Co-working, the practice of independent workers sharing an office with others rather than working alone at home, generates jobs, forms professional collaborations and increases business know-how. New independent research by Associate Professor Vareska van de Vrande of Rotterdam School of Management, Erasmus University (RSM), shows co-working contributes positively to the position of self-employed professionals in Dutch society.
With increasing numbers of freelancers and independent contractors using flexible and hosted workspaces, the definition of the nation’s workspace is rapidly expanding outside the traditional corporate environment. One popular trend is “co-working space”, an office environment set up for a loose collection of unrelated business professionals who prefer to pool their resources in a central location rather than working alone in home offices, at the kitchen table or in the local coffee shop.
Vareska van de Vrande’s research, which was co-authored by Associate Professor Niki Hynes of Curtin Business School, Australia and Katrin Burmeister, Assistant Professor at RSM, compiled input from more than 500 users of Dutch co-working platform http://www.Seats2meet.com (S2M). It showed that one in eight participants found a new job or temporary assignment through working in such a place. One in four users said they started professional partnerships or collaborations with other co-workers; and 50 per cent said their business know-how – such as the correct use of tax forms – had significantly improved.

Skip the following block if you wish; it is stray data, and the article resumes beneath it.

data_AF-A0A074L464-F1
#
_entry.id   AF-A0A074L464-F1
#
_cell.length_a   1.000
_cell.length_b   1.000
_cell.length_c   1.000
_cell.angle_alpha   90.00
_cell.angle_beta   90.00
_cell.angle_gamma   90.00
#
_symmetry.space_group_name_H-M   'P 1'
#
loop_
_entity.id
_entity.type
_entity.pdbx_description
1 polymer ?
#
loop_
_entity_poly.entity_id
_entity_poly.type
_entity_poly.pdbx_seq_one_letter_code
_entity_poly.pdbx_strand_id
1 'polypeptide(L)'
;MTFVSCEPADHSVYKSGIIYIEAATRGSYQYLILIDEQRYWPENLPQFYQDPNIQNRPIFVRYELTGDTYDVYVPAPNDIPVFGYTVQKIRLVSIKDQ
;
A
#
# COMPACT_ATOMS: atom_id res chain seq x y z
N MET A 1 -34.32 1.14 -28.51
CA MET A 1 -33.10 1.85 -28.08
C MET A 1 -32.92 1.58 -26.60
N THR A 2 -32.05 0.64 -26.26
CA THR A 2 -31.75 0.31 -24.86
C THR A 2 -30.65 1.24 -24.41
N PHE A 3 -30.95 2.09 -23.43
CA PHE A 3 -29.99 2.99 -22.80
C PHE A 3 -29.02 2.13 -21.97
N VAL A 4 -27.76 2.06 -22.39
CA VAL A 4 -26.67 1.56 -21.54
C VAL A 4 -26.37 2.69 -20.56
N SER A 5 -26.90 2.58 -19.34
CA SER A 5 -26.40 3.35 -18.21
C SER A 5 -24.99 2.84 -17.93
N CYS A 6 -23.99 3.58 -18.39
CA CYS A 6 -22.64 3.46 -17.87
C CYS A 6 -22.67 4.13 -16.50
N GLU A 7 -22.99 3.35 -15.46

Results of the study indicate that the majority (65 per cent) of people using S2M are entrepreneurs, another 10 per cent are students and about 5 per cent are unemployed. Many of them don’t have an office of their own, and many respondents indicate that they like to have “people around them” or “the feeling of going to work”. This is reflected in their motivations for working at S2M: the most common reason being a change of working environment (40 per cent); followed by having no office of their own (19 per cent); and wanting to be more flexible in terms of the locations and times they work (16 per cent). Other reasons include the possibility of meeting people, the often central location, and the possibility of interacting with others.
Researchers found that the large diversity of co-working users and their wide-ranging professions made it easier to establish new connections with potential customers, new business connections and find new colleagues.